Reset Back To ZERO
Named after the German phrase or hour zero, Zero was an international post-WWII art movement that embraced the clean slate created by Germany’s surrender. the exhibition at the Martin- Gropius- Bau (p. 42), explores the presence of light in such physical mediums as painting, installation, and performance and the then-new uses of space and movement within the artistic movement. The show is dedicated to 40 of the most crucial ZERO artists, including 11 from Germany. Until 8 Jun. Open Tue– Fri 10am– 6pm (until 8pm on Thu), Sat & Sun 10am– 6pm. €8/4. www.smb.museum. Am Kupfergraben. T: 030.266424242. U Friedrichstraße, S Hackescher Markt. E3
Starting in 1966, collector Karl Bröhan amassed hundreds of Art Nouveau and Art Deco objects and various paintings from the Berlin Secessionist movement. Browse through pieces of furniture, housewares, ceramics, and glassware from this fascinating artistic period. To 24 May: Hans Christiansen, a retrospective of the art nouveau artist. Open Tue–Sun 10am– 6pm. www.broehanmuseum.de. Schloßstr. 1a. T: 030.32690600. U Sophie- Charlotte- Platz. A3
Founded in Dresden in 1905, the Die Brücke movement drew inspiration from primitive art and expressed extreme emotion and political opposition through lively, exaggerated color. This museum explores the history of the movement through the paintings of artists like Nolde, Kirchner, Heckel, and many more. To 19 Jul: Otto Müller. Harmony and Grace. At the center of the exhibition stand nine color lithographs depicting Sinti and Roma people. Open Wed– Mon 11am– 5pm. € 5/3. www.bruecke-museum.de. Bussardsteig 9. T: 030.8312029. U Oskar- HeleneHeim. Off Map
After being evicted from its previous location in Mitte, the C/O Berlin center for contemporary art and photography has finally reopened in the Amerika Haus, which housed the American library in the Cold War era. To 28 Jun: Art, Freedom and Lifejoy: Part of the Talent series, showcasing promising young photographer Emanuel Mathias with text by art critic Sabine Weier. To 16 Aug: Sebastiao Salgado: Genesis is a homage to the blue planet: archaic volcanic landscapes, Arctic ice masses, meandering river canyons, mountain chians enveloped in mist, and endless sand dunes. Open daily 11am– 8pm. €10/5. www.co- berlin.org. Hardenbergstr. 22–24. T: 030.28444160.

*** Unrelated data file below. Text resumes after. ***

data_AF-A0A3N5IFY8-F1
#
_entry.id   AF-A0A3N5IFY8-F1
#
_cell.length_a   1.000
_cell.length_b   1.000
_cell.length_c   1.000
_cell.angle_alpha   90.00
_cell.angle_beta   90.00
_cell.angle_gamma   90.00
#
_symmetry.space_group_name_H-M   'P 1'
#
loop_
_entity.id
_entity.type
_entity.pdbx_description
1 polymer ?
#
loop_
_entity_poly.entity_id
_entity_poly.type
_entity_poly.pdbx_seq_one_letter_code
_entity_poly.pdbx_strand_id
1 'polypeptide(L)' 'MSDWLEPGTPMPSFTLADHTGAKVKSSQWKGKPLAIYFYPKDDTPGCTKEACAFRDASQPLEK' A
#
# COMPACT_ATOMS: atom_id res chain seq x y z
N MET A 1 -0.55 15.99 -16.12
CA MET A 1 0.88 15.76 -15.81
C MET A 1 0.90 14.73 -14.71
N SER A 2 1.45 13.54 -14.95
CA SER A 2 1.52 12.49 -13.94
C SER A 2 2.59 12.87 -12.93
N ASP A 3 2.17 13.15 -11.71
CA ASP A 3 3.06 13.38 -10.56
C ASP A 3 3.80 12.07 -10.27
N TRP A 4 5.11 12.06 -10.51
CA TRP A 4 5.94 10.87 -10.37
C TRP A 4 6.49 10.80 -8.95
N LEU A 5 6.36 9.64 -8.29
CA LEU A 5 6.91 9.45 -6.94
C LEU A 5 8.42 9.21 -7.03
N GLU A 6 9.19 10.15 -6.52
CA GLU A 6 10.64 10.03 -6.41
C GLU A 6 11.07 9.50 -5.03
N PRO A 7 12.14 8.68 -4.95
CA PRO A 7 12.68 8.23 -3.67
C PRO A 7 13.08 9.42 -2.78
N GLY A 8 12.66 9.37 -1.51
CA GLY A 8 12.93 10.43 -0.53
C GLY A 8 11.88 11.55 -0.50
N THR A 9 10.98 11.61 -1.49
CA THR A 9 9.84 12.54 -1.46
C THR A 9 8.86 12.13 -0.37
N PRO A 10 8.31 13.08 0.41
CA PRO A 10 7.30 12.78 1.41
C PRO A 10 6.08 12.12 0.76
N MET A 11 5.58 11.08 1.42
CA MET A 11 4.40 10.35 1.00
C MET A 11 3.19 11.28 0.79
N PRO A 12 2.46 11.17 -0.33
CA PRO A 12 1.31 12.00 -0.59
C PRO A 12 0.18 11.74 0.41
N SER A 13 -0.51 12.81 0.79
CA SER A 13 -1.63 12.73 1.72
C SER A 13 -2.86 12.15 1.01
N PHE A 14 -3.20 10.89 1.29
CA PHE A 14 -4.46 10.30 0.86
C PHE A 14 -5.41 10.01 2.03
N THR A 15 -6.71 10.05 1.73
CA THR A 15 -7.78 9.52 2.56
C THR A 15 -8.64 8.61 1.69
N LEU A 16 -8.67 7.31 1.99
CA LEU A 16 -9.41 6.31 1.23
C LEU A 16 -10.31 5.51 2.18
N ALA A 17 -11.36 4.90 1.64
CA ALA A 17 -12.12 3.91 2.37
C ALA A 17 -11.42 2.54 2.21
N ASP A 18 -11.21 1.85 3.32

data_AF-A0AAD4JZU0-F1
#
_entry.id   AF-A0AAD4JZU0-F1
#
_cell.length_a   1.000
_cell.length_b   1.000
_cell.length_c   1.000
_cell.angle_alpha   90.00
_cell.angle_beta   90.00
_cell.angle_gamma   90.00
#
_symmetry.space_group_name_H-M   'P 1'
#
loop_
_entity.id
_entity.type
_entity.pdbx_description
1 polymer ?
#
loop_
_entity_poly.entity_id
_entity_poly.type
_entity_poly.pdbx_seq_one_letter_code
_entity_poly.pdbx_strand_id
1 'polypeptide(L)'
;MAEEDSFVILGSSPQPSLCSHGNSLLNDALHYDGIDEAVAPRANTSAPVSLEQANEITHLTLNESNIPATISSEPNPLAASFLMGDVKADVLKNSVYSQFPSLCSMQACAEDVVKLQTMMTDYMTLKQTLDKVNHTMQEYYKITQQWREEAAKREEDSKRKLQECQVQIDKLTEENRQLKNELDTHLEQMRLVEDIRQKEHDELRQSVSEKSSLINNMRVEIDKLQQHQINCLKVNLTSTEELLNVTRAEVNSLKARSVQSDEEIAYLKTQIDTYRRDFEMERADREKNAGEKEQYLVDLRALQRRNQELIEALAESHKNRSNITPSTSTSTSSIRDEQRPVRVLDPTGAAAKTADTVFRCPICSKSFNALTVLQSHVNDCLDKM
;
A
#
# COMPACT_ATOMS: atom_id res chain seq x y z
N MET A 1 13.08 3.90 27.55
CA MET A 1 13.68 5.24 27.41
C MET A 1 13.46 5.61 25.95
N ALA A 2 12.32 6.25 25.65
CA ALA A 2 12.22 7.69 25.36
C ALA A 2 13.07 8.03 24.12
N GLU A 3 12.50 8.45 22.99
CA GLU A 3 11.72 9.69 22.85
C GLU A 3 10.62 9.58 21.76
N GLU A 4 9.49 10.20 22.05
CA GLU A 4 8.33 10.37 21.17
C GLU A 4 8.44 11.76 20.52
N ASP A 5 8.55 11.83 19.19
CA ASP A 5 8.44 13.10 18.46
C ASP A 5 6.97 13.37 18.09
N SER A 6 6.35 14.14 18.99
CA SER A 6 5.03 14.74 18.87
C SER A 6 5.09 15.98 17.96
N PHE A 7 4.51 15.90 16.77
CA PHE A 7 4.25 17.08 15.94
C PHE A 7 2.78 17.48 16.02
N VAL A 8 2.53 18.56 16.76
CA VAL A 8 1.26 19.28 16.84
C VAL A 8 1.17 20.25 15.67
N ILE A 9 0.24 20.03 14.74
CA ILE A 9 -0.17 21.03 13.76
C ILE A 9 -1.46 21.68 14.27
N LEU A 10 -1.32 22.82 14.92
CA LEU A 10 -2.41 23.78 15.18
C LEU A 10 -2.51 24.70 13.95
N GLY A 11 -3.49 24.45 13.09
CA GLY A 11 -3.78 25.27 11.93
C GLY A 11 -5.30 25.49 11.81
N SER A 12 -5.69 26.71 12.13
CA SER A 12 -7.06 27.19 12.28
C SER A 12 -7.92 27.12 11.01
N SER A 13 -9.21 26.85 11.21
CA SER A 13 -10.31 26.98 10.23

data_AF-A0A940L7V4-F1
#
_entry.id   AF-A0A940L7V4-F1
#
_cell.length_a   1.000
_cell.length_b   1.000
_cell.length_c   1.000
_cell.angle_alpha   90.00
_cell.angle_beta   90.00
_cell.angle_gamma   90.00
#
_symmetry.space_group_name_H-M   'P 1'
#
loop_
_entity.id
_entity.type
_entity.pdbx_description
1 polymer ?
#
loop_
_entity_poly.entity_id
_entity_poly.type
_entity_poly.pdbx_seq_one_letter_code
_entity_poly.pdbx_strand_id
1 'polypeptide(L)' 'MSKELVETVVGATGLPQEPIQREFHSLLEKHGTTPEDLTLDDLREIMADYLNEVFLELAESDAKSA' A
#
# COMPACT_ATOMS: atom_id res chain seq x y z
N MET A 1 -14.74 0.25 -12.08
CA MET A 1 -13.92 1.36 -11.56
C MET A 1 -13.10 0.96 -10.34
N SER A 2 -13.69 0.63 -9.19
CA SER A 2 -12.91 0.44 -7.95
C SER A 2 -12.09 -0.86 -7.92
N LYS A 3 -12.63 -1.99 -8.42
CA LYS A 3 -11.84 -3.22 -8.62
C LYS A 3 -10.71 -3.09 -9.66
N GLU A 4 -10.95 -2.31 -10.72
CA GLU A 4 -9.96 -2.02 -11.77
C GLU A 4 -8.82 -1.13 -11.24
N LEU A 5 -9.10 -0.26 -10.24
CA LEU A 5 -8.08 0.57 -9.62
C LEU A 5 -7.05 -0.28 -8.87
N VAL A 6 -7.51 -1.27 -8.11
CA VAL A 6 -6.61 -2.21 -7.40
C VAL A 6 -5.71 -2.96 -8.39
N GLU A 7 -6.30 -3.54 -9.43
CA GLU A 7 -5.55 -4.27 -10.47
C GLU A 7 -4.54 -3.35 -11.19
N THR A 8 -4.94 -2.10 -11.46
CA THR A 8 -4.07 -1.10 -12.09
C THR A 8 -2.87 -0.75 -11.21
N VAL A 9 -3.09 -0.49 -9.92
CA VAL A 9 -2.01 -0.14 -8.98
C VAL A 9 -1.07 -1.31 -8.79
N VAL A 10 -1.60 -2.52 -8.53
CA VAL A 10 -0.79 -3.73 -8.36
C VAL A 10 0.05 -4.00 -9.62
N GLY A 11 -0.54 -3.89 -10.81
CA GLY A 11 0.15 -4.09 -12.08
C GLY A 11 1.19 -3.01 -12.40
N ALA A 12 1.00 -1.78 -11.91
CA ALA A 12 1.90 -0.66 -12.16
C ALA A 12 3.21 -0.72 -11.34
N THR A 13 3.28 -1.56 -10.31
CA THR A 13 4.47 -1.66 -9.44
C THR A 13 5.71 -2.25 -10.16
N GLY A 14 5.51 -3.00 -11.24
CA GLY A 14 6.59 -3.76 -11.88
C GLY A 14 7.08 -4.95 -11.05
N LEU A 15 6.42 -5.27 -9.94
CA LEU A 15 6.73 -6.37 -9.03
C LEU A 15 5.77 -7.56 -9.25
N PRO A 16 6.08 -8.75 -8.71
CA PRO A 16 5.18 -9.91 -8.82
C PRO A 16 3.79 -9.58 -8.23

The renowned car corporation has a small but impressive collection of 20th- century art that can be viewed in the historic Haus Huth, the only building on Potsdamer Platz to escape WWII destruction. 1 May to 30 Aug: From a Poem to the Sunset. First part of a double exhibition showing the new acquisitions of contemporary Chinese and intenational art. Open daily 11am– 6pm. € free. www.sammlung.daimler.com. Haus Huth. Alte Potsdamer Str. 5. T: 030.25941420. S+U Potsdamer Platz. D3
More than 400 works by the Surrealist painter, with a focus on drawing, illustration, and film. Dali fans will explore new perspectives of the artist’s life and work. Open daily noon– 8pm (Sun from 10am). €11. www.daliberlin.de. Leipziger Platz 7. T: 0700.3254237546 (toll number). U Potsdamer Platz. D3 CL9040 MUST SEE A former railway station turned into a contemporary art museum in 1996. The permanent collection includes a selection of works from the Friedrich Christian Flick Collection, and the many temporary exhibitions focus on painting and sculpture from the past 50 years, as well as videos, music, and design. To 16 Aug: And away with the minutes. Dieter Roth and Music shows Roth’s music- realted art projects for the first time. To mid-Aug: Official Welcome takes seven artists concerned with the exploration of a specific media, from photography to performance and assemblage. To 23 Aug: Drawing Double Reversal is the first exhibition to focus on the graphic oeuvre of Elaine Sturtevant. To 6 Sep: Moby Dick. Installations by Michael Beutler, occupying and transforming spaces through cultural intervention. Open Tue– Fri 10am– 6pm (until 8pm on Thu), Sat & Sun 10am– 6pm. €14/ 7. www.hamburgerbahnhof. de. Invalidenstr. 50-51. T: 030.266424242. U Naturkundemuseum, S Hauptbahnhof. D2
Haus am Waldsee
CL904013Since 1946, this villa in Zehlendorf has been organizing contemporary art exhibitions covering a wide spectrum of media and styles. Each show is accompanied by a number of events for children and adults, lectures, concerts, and performances. There’s also a multi- sensory sculpture garden. To 17 May: Martin Assig, Glückhaben. Assig plays on the notion of the medieval anonymous artist who submits to a higher ideal and surveys his own work with a sense of wonder, as though from the outside. Open Tue–Sun 11am– 6pm. € 7/5. www.hausamwaldsee.de. Argentinische Allee 30. T: 030.8018935. U Krumme Lanke. Off Map
Helmut Newton Collection
Before dying in a car accident, the art photographer donated all of his work to Berlin, the city in which he was born in 1920. Best known for his nude photography of American stars, Newton now has a whole museum dedicated to his work. To 17 May: Helmut Newton: Permanent Loan Collection The original photographs of Helmut Newton, many of which have never been shown in Berlin, are now exhibited in this permanent loan selection. Open Tue–Sun 10am– 6pm, until 8pm on Thu.